Saturday November 22, 2014

EDITORIAL: Election act changes are welcome

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Voters in the next federal election in Canada should find the process easier, and illegal robocalls should now be a thing of the past, with the creation of a new Commissioner of elections to investigate violations of Canada’s election laws.

These are just a few of the changes that are being put in place with the new “Fair Elections Act” being put in place by the Conservative government in advance of the next election, set for 2015.

The question will be, of course, are the new laws in fact “fair”, to voters, to candidates and to the parties?

One of the intents of the legislation is to make it easier to allow Canadians to donate to the party of their choice, and to continue keeping unions and corporate donations out so there is no spectre of “vote-buying” through huge donations to parties.

The donation limit was raised by five per cent, which will be a benefit to all of the candidates and parties in the next election.

A welcome aspect of the new legislation is that the new Commissioner is to be separate from Elections Canada, which is the body that sets up and regulates the federal election process. In addition, there are stronger penalties available for those who violate the election laws, providing more strength to the bodies which regulate the election process to make it fair for everybody and for every party and candidate.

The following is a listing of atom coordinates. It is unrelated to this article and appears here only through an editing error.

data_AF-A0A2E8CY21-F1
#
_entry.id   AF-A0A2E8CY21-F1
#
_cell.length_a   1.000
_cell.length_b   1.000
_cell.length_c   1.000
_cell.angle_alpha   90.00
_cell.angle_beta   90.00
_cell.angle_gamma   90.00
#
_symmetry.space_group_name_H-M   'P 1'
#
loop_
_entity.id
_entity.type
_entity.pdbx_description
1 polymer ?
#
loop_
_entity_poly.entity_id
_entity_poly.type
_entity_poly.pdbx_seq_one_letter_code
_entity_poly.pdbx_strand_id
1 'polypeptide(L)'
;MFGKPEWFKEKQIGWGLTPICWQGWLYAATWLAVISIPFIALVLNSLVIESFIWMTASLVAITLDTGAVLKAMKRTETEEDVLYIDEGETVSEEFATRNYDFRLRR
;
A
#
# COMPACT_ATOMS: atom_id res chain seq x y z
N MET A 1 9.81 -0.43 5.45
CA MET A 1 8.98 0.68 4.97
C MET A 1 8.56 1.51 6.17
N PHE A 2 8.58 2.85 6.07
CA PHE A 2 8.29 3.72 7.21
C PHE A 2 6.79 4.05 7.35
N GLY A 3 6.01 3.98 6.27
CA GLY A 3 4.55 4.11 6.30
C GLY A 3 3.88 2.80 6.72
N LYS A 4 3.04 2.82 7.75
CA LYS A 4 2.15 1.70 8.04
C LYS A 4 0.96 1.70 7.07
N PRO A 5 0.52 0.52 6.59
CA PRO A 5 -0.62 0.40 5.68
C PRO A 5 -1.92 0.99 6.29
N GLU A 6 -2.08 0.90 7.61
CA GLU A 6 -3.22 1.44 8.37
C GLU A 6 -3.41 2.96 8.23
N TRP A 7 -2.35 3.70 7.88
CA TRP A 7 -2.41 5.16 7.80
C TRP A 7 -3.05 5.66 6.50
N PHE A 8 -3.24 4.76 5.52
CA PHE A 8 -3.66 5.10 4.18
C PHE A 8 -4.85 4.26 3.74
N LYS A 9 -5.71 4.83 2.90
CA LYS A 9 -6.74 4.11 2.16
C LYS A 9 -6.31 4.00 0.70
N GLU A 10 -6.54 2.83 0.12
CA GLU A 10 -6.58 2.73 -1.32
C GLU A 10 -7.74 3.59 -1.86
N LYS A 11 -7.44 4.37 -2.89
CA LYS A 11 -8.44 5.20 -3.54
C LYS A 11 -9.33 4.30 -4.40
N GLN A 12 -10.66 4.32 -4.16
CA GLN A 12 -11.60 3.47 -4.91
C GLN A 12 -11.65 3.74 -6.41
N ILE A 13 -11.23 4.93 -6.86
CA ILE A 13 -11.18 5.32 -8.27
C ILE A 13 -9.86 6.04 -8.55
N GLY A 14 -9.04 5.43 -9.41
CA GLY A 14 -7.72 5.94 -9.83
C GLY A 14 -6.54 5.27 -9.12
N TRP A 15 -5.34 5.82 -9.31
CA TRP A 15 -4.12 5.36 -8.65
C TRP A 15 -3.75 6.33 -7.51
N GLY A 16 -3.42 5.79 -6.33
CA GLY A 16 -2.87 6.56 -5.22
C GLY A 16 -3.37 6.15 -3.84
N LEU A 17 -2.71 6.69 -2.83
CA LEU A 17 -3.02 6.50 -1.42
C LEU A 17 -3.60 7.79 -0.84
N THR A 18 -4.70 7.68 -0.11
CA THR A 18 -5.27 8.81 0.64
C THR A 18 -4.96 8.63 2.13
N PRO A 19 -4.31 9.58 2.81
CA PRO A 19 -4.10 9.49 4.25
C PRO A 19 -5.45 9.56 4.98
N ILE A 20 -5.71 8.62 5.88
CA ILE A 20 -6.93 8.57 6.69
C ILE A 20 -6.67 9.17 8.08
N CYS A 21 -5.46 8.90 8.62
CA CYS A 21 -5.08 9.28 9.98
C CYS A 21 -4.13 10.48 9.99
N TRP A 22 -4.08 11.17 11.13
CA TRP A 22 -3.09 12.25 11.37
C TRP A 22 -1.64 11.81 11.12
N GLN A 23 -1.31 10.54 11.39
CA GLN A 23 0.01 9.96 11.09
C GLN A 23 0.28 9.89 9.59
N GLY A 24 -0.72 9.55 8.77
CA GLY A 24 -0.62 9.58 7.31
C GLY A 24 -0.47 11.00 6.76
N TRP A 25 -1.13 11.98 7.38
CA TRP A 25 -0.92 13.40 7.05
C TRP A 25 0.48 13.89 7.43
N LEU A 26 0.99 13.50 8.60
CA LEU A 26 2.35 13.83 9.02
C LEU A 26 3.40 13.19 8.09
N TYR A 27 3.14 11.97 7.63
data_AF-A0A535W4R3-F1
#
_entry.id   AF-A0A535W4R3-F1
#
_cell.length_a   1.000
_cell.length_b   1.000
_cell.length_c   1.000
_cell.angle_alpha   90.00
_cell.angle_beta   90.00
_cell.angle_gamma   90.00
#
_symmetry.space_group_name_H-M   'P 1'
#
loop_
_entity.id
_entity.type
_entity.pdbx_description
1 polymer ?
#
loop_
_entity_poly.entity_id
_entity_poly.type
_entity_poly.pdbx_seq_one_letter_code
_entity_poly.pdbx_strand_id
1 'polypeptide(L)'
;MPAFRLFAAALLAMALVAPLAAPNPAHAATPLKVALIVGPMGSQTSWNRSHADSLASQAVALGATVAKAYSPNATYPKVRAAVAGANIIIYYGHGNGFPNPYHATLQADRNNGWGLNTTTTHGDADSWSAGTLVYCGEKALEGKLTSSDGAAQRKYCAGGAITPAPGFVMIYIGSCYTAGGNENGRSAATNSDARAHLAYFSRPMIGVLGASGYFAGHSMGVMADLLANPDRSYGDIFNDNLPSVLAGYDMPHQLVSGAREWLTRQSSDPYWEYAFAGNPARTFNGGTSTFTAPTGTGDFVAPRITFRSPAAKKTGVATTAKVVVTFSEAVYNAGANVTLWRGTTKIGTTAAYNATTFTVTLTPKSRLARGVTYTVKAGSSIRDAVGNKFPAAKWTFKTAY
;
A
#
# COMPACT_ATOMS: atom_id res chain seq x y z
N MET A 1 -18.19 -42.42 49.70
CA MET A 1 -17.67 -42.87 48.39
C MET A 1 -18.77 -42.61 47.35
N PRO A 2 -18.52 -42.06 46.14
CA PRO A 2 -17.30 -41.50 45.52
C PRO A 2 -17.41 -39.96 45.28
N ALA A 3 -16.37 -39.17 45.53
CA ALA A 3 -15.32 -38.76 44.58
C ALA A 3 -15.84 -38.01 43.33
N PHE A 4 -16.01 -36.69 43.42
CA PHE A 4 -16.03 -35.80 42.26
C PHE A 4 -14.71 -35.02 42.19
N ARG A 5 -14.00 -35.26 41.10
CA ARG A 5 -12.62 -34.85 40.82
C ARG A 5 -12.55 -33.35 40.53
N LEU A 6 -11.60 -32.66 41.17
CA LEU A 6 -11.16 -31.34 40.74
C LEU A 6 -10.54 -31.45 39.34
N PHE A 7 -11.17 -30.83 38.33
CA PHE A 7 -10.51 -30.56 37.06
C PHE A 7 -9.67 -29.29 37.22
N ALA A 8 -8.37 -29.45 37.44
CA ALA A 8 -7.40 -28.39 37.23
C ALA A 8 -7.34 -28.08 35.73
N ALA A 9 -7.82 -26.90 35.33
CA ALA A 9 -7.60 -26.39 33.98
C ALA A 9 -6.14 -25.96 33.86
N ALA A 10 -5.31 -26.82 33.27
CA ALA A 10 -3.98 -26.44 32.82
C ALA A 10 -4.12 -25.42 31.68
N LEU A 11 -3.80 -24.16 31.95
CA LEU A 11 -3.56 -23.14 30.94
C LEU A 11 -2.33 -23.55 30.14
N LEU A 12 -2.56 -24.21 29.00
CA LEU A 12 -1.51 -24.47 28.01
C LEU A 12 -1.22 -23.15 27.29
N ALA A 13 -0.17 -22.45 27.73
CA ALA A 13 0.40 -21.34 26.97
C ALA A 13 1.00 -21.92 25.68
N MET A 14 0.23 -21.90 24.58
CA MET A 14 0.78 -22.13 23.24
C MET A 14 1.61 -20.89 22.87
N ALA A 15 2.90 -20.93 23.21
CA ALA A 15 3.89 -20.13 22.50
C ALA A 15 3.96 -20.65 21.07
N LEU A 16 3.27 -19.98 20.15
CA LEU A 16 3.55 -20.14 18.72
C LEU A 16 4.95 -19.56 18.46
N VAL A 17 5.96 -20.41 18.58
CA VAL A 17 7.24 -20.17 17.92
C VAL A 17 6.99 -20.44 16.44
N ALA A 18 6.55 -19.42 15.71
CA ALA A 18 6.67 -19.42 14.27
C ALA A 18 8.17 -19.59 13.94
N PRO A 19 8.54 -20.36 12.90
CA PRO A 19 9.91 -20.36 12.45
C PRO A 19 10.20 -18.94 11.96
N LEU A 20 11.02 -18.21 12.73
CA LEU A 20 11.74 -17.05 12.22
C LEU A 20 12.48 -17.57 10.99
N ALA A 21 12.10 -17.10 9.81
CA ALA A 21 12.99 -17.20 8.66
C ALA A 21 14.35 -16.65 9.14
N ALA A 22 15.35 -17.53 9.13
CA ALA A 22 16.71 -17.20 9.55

Even more welcome are new rules in regards to the robocalls; they aren’t being prohibited as such, but the requirements to use them will be much stricter. What may not be welcome is that the rules to vote may be more stringent in that photo ID will be required of all voters, and this rule may disenfranchise some people who don’t have photo ID in their possession. In Saskatchewan, there are photo IDs available for those who do not have a driver’s licence, but there is a cost to it.

For residents of Western Canada, one of the good aspects of the new rules is the lifting of the ban on releasing election results as they come available from Eastern Canada. According to the Supreme Court, this was a violation of freedom of speech, which over-rode the concern that people who could still vote in the western provinces might be influenced by knowing how the election is going in the East.

In the end, there should not be any repeat of some of the shameful shenanigans that occurred in the last federal election, but it should be a fair and open process that will benefit everyone equally.

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